Sunday, October 21, 2012

Bull Creek Members Steve Allias and Chuck Gray Featured In Newspaper Article On Advanced Turkey Hunting Class

Fall turkey season set to open

By Bob Frye Pittsburgh Tribune Review

Steve Allias will admit to having been humbled more than once.
The Arnold man has been hunting turkeys for decades and has taken his share of birds. But he’s been taken to school more than once, too.
Those failures have taught him as much as anything.
“I always say the birds are the best teachers. They’ll show you what you’re doing right and what you’re doing wrong,” Allias said. Learning that way can take years, though, and success in harvesting a bird can take season upon season.
Now there’s an alternative.

Club Member Steve Allias teaching handgun safety
at a recent Women In The Outdoors event
The Pennsylvania Game Commission has rolled out a Successful Turkey Hunting class, an advanced course designed to teach hunters how to find turkeys, how to call them in and how to bring them home.
“We want people who leave this class to have a real chance at success very early in their turkey hunting career,” said Keith Snyder, chief of the commission’s hunter education and outreach division. “We’re trying to give people the opportunity to gain a lifetime’s worth of experience in a single day. We want to give them that kind of head start.”
It’s all tied to hunter recruitment and retention, he said. Hunters who enjoy success are more likely to stay involved, he said.
The turkey course is new. Instructors such as Allias were trained earlier this year and so far have offered just a handful of courses around the state. The intention is to offer more courses next year, Snyder said.
One was held recently in the southwest region at Bull Creek Rod and Gun Club.
Students do precourse work at home, reading a manual that covers everything from turkey management history to calls and call types. A one-day class follows. Hunters spend the first half doing class work, some of it focused on turkey hunting safety.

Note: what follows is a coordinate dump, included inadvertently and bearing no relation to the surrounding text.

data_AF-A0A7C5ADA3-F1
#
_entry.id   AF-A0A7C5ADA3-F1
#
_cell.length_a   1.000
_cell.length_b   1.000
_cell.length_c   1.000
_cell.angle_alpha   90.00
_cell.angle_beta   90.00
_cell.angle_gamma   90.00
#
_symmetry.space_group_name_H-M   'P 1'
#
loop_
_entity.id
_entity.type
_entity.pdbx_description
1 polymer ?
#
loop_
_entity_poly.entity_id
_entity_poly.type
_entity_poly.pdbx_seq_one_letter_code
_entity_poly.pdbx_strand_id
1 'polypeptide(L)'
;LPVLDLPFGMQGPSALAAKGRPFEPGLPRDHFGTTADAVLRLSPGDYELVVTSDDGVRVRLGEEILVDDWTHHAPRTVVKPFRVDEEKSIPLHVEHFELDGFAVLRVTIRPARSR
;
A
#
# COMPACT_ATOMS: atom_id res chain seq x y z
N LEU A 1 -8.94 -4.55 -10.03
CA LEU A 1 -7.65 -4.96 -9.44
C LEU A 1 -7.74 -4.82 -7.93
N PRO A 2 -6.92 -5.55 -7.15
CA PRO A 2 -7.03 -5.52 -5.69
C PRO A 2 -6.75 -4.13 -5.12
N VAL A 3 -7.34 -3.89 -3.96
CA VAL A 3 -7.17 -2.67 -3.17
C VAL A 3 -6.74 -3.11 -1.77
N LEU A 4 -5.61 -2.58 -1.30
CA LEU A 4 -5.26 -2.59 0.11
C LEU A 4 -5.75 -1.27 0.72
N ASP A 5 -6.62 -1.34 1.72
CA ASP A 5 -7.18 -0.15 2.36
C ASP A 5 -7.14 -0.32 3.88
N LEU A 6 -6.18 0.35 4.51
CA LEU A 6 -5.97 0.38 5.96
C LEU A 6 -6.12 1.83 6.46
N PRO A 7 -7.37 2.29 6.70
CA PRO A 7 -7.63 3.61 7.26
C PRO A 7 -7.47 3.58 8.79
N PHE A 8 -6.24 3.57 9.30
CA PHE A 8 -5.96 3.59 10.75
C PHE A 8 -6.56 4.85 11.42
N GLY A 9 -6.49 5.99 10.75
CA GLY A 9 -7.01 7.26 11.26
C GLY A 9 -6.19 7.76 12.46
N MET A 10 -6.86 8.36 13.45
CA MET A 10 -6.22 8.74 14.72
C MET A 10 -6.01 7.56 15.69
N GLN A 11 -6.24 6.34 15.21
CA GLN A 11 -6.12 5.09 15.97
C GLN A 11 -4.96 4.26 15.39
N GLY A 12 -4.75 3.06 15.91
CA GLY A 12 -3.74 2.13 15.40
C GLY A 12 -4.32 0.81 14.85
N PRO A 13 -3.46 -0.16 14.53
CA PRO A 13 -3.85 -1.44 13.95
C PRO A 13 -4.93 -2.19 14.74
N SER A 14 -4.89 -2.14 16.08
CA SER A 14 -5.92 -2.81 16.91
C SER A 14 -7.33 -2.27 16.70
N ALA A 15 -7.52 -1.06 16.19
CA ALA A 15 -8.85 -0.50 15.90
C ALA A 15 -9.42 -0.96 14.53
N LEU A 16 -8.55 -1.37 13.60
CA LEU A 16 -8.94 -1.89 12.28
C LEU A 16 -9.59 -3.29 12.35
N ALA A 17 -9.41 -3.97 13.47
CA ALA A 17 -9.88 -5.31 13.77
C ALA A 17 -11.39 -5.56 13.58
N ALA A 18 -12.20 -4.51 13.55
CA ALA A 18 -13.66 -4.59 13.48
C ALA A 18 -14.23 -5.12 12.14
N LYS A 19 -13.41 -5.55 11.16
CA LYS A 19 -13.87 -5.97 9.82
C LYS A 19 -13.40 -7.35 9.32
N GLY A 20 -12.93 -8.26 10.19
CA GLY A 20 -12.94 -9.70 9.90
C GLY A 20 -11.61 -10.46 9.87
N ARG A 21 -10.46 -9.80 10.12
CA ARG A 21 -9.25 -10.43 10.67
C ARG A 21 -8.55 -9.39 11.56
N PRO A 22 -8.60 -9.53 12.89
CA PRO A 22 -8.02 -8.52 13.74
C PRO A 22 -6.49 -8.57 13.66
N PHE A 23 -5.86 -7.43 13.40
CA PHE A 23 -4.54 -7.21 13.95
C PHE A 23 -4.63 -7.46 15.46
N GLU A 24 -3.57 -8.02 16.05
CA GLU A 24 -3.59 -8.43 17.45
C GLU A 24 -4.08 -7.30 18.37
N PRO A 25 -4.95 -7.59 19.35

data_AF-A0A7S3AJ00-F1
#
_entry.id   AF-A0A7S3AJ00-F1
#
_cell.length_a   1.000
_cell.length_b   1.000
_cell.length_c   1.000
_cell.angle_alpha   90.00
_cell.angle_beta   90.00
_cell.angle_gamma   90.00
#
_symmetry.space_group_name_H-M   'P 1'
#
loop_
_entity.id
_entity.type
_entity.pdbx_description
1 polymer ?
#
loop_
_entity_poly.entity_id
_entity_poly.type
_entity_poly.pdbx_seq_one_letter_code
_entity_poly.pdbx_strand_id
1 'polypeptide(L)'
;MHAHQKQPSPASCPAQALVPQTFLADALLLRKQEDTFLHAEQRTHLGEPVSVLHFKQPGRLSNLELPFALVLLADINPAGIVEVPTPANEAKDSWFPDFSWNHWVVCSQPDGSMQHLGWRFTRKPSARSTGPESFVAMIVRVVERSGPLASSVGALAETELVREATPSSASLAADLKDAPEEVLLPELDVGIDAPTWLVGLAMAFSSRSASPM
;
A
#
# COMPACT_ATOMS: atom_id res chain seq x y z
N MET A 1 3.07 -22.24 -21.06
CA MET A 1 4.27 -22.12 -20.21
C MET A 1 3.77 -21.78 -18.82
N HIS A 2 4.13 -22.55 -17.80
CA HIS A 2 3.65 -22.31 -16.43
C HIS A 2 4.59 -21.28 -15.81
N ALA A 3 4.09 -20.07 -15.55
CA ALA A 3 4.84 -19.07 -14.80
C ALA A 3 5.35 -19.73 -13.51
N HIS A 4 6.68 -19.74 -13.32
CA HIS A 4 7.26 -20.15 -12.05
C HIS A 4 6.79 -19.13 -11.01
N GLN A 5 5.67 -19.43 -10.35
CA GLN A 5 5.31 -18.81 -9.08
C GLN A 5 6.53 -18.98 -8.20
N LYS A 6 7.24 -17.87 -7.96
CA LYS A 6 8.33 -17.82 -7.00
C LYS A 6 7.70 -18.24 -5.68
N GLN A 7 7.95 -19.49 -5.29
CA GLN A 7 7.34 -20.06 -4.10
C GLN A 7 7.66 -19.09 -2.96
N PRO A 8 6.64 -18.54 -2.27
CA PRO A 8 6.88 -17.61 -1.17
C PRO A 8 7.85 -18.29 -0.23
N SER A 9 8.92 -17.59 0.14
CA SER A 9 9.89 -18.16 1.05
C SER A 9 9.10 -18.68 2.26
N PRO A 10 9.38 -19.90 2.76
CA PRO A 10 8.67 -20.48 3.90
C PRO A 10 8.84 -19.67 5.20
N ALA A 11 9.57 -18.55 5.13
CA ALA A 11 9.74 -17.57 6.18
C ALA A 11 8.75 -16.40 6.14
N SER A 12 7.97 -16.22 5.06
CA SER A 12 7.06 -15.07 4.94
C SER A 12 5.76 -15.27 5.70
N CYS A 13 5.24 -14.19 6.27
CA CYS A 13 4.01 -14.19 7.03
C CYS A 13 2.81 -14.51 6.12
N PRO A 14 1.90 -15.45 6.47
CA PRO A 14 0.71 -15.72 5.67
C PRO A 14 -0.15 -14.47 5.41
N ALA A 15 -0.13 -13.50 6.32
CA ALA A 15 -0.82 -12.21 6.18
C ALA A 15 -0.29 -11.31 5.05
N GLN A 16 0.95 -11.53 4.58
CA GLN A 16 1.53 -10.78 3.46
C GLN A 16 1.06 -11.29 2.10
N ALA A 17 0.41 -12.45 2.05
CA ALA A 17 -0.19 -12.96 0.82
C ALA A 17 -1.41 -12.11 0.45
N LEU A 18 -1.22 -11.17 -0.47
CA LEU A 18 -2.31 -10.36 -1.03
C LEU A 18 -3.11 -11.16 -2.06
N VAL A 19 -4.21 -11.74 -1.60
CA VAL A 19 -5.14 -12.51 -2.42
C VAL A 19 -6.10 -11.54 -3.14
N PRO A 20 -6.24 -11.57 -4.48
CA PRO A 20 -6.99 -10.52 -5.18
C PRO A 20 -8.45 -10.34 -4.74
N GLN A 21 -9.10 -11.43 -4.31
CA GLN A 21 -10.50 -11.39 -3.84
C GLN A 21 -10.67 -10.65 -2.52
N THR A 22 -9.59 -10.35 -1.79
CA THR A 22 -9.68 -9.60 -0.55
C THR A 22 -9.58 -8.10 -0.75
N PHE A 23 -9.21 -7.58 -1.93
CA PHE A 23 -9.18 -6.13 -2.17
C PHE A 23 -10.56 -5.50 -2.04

The afternoon is spent in the field at different stations. They shoot shotguns on the range to see how their guns pattern at different ranges. They learn how to make different sounds on different calls. And they learn to estimate distance by standing at a set point and guessing by the distance to turkey decoys.
That last skill is harder to master, even for experienced hunters, said Chuck Gray of West Deer, another course instructor.
Having experienced hunters to help students learn that and other skills is what the class is all about, though.
“It’s to help people and give them all of the little pointers, all of the little tricks, that we’ve learned from mistakes we’ve made throughout the years,” Gray said.
The course is aimed at all sportsmen, ones new to the sport as well as veterans who have never done much with turkeys, Snyder said. The first class at Bull Creek was composed almost exclusively of adults.
Gray expects to see more young people, though.
“I’m hoping that as word gets out, more kids will get involved. I think there’s so much information we can share,” he said.
Allias agreed, noting that the course can shorten the learning curve for new turkey hunters considerably.
“I wish someone had offered this class 30 years ago,” he said.

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